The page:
(Ensures hospitals, care homes, dental and general practices and other care services in England provide people with safe, effective and high-quality care

CQC National Customer Service Centre
Newcastle upon Tyne

Tel: (03000) 616161
Fax: (03000) 616171

Website:  https://www.cqc.org.uk/ 

Certification Officer

(fraud and other irregularities, relating to the financial affairs of trade unions and employers' associations)

Email: This email address is being protected from spambots. You need JavaScript enabled to view it. 

Certification Office
Lower Ground Floor
Fleet bank House
2-6 Salisbury Square

Charity Commission

(Administration of charities and of funds given or held for charitable purposes)

Charity Commission for England and Wales
PO Box 211
L20 7YX 

Telephone: 03000 66 9197

Website: https://www.gov.uk/government/organisations/charity-commission

Criminal Cases Review Commission

(Actual or potential miscarriages of justice)

5 St Philips Place
B3 2PW

Telephone: 0121 233 1473
Fax: 0121 232 0899

For information: This email address is being protected from spambots. You need JavaScript enabled to view it.

The Environment Agency

(Acts or omissions which have an actual or potential effect on the environment)

National Customer Contact Centre
PO Box 544
S60 1BY

Telephone: 03708 506 506

Minicom service, for the hard of hearing: 03702 422 549 National Customer Contact Centre.

Email address: This email address is being protected from spambots. You need JavaScript enabled to view it.

General Medical Council

(Regulated for setting standards for doctors and managing the UK medical register)

General Medical Council
3 Hardman Street,
M3 3AW

Tel: (0161) 923 6602

email: This email address is being protected from spambots. You need JavaScript enabled to view it.

HM Customs and Excise

(VAT, insurance premium tax, excise duties, landfill tax, import and export of prohibited or restricted goods)

HMRC Fraud Hotline
CF14 5ZN
United Kingdom 

Tel: 0800 788 887

HM Inspectorate of Constabulary Fire and Rescue Services (HMICFRS)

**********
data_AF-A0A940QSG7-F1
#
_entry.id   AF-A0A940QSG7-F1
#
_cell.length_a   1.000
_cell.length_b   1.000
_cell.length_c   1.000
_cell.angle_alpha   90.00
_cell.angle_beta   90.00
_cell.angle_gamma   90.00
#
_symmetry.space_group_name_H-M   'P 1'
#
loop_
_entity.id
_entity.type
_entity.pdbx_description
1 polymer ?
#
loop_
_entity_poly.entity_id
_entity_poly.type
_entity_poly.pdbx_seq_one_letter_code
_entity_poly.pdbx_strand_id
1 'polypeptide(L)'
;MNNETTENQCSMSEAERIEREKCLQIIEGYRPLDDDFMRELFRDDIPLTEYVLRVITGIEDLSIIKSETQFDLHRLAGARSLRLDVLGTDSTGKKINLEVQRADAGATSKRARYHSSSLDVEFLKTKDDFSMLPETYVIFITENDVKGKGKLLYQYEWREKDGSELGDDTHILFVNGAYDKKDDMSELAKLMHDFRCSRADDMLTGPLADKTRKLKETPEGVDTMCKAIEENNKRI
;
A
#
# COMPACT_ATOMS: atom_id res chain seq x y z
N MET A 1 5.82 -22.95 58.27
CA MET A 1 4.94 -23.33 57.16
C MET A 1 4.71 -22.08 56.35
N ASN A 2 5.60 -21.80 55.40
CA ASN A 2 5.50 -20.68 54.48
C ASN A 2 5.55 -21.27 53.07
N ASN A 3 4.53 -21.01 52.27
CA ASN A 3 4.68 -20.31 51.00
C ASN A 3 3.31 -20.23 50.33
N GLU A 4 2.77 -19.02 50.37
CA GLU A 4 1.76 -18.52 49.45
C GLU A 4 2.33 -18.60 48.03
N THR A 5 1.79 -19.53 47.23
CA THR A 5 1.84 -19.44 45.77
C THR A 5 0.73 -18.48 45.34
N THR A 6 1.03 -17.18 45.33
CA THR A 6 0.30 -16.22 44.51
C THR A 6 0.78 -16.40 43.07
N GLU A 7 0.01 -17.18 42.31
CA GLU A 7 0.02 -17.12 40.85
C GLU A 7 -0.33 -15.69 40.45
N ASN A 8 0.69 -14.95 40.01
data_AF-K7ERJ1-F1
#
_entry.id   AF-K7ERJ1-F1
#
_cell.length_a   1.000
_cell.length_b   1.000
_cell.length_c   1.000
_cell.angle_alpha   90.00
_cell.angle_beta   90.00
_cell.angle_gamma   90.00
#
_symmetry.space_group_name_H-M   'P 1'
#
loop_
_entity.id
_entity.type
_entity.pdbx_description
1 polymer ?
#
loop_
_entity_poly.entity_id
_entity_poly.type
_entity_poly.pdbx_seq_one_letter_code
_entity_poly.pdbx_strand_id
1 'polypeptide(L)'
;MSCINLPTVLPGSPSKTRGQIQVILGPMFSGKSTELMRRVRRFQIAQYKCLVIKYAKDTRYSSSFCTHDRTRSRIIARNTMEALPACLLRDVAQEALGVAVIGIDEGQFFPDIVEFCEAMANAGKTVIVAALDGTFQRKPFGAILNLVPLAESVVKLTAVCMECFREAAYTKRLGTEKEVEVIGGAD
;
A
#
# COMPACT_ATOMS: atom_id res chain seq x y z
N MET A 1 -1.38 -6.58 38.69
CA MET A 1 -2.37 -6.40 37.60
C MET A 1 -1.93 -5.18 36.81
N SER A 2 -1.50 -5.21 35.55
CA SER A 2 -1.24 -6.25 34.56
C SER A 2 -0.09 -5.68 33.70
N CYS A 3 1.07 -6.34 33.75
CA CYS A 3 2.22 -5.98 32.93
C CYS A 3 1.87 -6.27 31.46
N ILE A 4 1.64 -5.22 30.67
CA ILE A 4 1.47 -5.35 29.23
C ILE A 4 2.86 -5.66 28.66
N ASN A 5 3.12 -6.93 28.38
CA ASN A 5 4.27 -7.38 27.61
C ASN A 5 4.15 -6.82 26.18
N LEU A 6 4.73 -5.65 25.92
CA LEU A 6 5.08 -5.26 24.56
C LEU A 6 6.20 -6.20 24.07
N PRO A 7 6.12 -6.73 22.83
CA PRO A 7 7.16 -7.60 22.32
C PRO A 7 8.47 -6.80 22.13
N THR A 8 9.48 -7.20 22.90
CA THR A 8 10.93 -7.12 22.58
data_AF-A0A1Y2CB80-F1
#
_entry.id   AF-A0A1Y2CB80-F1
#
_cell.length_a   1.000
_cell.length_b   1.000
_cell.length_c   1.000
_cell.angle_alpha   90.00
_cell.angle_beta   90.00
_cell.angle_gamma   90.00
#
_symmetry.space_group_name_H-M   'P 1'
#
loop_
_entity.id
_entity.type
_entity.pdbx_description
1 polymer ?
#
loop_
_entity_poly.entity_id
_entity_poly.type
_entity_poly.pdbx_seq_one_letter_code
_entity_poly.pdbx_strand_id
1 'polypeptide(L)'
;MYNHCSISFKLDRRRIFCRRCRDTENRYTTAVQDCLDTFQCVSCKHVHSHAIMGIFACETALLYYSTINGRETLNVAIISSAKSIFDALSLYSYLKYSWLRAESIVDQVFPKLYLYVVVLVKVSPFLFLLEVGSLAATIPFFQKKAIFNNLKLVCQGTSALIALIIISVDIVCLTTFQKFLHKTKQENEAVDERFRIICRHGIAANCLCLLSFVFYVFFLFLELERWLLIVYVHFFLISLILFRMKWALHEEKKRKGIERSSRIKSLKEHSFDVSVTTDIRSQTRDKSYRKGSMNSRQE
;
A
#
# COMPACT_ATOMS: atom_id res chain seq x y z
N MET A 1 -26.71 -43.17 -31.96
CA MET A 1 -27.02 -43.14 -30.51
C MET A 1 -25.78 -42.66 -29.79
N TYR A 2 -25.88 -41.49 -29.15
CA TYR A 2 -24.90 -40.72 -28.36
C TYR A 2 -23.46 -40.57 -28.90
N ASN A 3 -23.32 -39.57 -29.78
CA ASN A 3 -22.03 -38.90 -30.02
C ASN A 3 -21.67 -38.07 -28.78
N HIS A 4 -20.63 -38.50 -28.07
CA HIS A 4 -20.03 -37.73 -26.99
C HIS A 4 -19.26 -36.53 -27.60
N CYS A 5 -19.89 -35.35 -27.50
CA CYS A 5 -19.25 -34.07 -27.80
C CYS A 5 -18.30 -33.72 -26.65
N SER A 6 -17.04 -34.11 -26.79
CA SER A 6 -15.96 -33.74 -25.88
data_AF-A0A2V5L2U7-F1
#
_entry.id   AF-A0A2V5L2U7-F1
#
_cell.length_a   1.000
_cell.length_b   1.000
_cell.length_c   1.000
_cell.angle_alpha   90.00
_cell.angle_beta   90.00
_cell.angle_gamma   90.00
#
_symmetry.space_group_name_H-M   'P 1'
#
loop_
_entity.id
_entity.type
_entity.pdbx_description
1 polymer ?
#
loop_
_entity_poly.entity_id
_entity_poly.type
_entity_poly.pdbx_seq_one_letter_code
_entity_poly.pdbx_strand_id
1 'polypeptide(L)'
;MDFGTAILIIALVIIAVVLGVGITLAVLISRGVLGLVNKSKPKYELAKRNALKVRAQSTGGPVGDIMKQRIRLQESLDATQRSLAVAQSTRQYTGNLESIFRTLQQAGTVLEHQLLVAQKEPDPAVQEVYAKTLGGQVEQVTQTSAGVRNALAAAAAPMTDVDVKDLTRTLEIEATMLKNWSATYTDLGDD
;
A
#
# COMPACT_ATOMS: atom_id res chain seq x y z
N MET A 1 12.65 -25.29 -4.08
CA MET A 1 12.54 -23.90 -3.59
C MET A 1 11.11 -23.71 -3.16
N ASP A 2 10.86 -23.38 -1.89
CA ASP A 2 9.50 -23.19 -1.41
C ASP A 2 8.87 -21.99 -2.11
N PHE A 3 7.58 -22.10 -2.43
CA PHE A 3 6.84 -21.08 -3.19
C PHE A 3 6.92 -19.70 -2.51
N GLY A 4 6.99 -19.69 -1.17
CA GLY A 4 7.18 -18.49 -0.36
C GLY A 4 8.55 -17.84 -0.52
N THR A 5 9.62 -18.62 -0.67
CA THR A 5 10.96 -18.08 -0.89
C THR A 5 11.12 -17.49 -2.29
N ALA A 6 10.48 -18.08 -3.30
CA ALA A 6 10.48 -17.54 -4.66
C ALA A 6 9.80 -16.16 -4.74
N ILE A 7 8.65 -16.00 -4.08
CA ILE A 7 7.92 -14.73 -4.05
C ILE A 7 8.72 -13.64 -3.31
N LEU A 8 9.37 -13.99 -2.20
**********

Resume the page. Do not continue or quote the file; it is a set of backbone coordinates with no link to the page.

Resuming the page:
(independently assesses police forces and policing across activity from neighbourhood teams)

Her Majesty's Inspectorate of Constabulary and Fire & Rescue Services
6th Floor
Globe House
89 Eccleston Square

Email: This email address is being protected from spambots. You need JavaScript enabled to view it.

Telephone on 020 3513 0500; or
Fax on 020 3513 0650

Health and Safety Executive

(Health and safety at work)

The Lateral,
8 City Walk,
LS11 9AT  

To contact a named individual in HSE you can call our Advisory team on 0300 003 1747 during office hours - 8.30am to 5.00pm, Monday to Friday, Wednesday 10.00am to 5.00pm. 

Website: http://www.hse.gov.uk/  

Health and Care Professions Council

Tel: 0300 500 6184

Website: https://www.hcpc-uk.org/


Health and Care Professions Council
184 Kennington Park House Road
SE11 4BU 


(Have significant statutory powers to ensure the voice of the consumer is strengthened and heard by those who commission, deliver and regulate health and care services)

Healthwatch England
National Customer Service Centre
Newcastle upon Tyne

Tel: (03000) 68 3000

Email:  This email address is being protected from spambots. You need JavaScript enabled to view it.

Website: https://www.healthwatch.co.uk/  

The Information Commissioner

(Compliance with data protection legislation)

Website: https://ico.org.uk/  



Wycliffe House
Water Lane

Tel: 0303 123 1113 

Inland Revenue

(Other tax issues, national insurance, SSP, SMP)

Tel: 0300 200 3300

Local Government and Social Care Ombudsman

(Council maladministration)

53-55 Butts Rd

Tel: 0300 061 0614

If , please use the complaint form


(Protect and promote the interests of patients)

Wellington House
133-155 Waterloo Road
SE1 8UG 

Tel: (0203) 747 0000 

Email: This email address is being protected from spambots. You need JavaScript enabled to view it.

Nursing / Midwifery Council

(Regulator for nursing and midwifery)

Nursing and Midwifery Council
23 Portland Place

General enquiries: 020 7637 7181

Registration enquiries: (0207) 333 9333

Website: http://www.nmc.org.uk/

Email: This email address is being protected from spambots. You need JavaScript enabled to view it.


Tel: 0300 123 1231



Email: This email address is being protected from spambots. You need JavaScript enabled to view it.


Piccadilly Gate
Store Street
M1 2WD

Public Sector Audit Appointments

(responsible for appointing auditors to local government, police and local NHS bodies, for setting audit fees and for making arrangements for the certification of housing benefit subsidy claims)

You can also write to:

PSAA Limited
18 Smith Square

Email: This email address is being protected from spambots. You need JavaScript enabled to view it. 

Tel: (0207) 072 7445 

Website: https://www.psaa.co.uk/  

NHS Trust Development Authority

(Provides support, oversight and governance for all NHS Trusts)

The Contact NHS Trust Development Central Authority

Wellington House
133-155 Waterloo Road
105 Victoria Street
Greater London

Tel: 0300 123 2257

Website: http://www.ntda.nhs.uk

pdfWhistleblowing Practice Guidance